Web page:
3 things I learned in therapy that changed my perspective on life

by | Apr 15, 2022 | Last updated May 2, 2022

Dani Kam, Content Writer at Noom 

I’ve been in therapy for as long as I can remember. First to deal with my parents’ divorce; then to manage my anxiety, depression, and PTSD. Suffice it to say that I’m a therapy fangirl and I’ve learned a lot of valuable lessons about myself, life, and how to cope with the annoyances of just existing in this world. Although I maintain that therapy is the best investment I’ve ever made, it can often be inaccessible (expensive, time-consuming, or even daunting). And since I know what it’s like to not be in a financial or emotional state to start the process, I’ve decided to do a mitzvah (that’s a good deed in Hebrew). I’m going to share the top three things I’ve learned from talking about my feelings…for free. 

Therapy lesson #1: Your thoughts and feelings are always valid, but they aren’t always true.

From my therapist’s lips to my ears, this had me shook. “You mean to say, I can have a thought or feeling, validate it, but not believe it? What kind of sorcery is this?” I exclaimed, in my session. As someone who has a lot of thoughts and feelings (and believes 99.99% of them) this didn’t feel anywhere near doable. My whole shtick is spiraling and creating scenarios in my mind that may or may not (emphasis on the may not) happen. So what was an overthinker like me to do? When I broke down the difference between the validity of a thought and that thought being correct, it made this pill easier to swallow. Let’s take math for example (I hate math and am terrible at it, but this makes the most sense): if I said 2 + 2 = 5, I’d be very wrong and have to repeat kindergarten. While that thought was valid (in that it existed), it’s not true, because we have evidence that 2 + 2 = 4 (at least according to every math teacher I’ve ever had). Now if we take that into a real-world example, the same logic applies. If I thought that people were talking about me every time I walked into a room and it got quiet, that’d be a pretty valid thought (people can be mean, and even if they weren’t, welcome to my brain). Even though I may feel that way, that doesn’t mean it’s true—there’s no evidence to suggest that people were talking about me, especially since my friends embraced me a minute later. Separating validity from truth has been a game-changer in my mental health excursion. 

Therapy lesson #2: Happiness is an inside job.

I spent a large portion of my life seeking out happiness in experiences, other people, food—basically anything outside of myself. So when my therapist told me that happiness comes from within, I called nonsense and wondered how on Earth I was supposed to conjure up the good things when it didn’t feel like there were any good things to begin with. She explained that it’s not so much about waving a magic wand and deciding to be happy (and if a therapist tells you that, I highly recommend finding a new one), it’s about working on the emotional blocks that are holding you back from experiencing more happiness. For example, a huge source of unhappiness for me was thinking that people were mad at me or that I did something to offend them. If someone replied “K” to a text, took a touch too long to call me back, or didn’t tell me they liked (or even loved) me, I’d spiral into a tornado of agony, unable to focus on anything else. When I worked with my therapist to get to the root of this issue, things changed. We uncovered that this feeling of despair stemmed from my childhood and a certain caretaker’s behavior towards me, which made me feel small and unimportant. Realizing that I no longer sought out this person’s validation, I learned that the only person who truly had the power to validate me was me. As we continued to unblock stuck emotions, I began to see myself for who I am: a loyal friend, a great daughter, a talented writer, and so much more. I started to experience more happiness and realized that it’s no longer dependent on anyone else but *points to self* this girl.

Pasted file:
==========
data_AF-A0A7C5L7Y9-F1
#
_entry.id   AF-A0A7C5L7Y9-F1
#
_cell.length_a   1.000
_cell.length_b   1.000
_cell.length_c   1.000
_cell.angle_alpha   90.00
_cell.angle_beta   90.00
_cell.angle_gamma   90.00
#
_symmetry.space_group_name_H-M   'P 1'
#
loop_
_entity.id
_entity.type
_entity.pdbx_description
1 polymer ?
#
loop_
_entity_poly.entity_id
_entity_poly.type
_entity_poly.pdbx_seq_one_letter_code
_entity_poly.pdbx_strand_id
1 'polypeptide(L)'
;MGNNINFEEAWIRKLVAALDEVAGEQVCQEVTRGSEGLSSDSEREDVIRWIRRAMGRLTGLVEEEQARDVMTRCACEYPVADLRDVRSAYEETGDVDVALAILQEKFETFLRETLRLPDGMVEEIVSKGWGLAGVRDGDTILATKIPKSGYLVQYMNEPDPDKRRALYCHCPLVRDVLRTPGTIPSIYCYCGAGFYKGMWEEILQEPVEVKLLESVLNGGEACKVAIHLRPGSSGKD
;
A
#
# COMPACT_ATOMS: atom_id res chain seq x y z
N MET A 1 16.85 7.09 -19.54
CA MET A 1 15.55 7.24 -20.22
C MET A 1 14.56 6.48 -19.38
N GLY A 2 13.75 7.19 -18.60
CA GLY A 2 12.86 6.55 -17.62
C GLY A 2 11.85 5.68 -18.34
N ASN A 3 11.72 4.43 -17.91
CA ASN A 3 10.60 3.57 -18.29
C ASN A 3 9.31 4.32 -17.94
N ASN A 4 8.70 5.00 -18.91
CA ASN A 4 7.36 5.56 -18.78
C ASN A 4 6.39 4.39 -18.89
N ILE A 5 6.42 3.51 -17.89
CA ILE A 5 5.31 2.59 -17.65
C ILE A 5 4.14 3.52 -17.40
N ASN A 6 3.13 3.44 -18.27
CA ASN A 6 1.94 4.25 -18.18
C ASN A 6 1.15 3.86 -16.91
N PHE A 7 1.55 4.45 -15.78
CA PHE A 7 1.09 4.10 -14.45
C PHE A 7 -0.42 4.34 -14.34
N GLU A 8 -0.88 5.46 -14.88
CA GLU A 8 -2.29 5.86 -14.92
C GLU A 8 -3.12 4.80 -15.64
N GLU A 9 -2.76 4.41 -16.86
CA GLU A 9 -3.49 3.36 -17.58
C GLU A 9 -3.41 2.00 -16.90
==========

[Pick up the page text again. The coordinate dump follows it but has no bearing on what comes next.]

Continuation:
Therapy lesson #3: Sometimes, your intense feelings are coming from a younger version of yourself. 

When I feel intense anger, panic, sadness, or any other overwhelming emotion, it often feels like a stranger has inhabited my mind and body, responding however they see fit. For a long time, I believed that I couldn’t do anything to banish this unwelcome visitor, no matter how much I despised it. It wasn’t until I started working with a trauma therapist that I was offered a different perspective. My reactions weren’t a stranger usurping my thoughts, they were actually coming from someone I knew quite well: my inner child. My (and most people’s) inner child holds emotions, memories, and beliefs from the past that dictate how I behave in the present. So, it wasn’t that I had no control over how I responded to certain situations, it’s that young Dani was feeling triggered, reacting to the situation, and needing to be heard. I listened. I let her tell me what she needed and what she didn’t receive in similar past circumstances. I created space for her, validated her, and, when possible, gave her exactly what she was asking for. Sometimes that was a hug, other times that was a nap. Regardless of how I cared for her, once I soothed and reminded her that what she felt was valid, the emotions didn’t seem so intense. 

Whether you’re already in therapy, interested in starting out, or not quite ready yet, I hope my nuggets of wisdom have helped you in some way. Be sure to check out Noom Mood for more mental wellness support.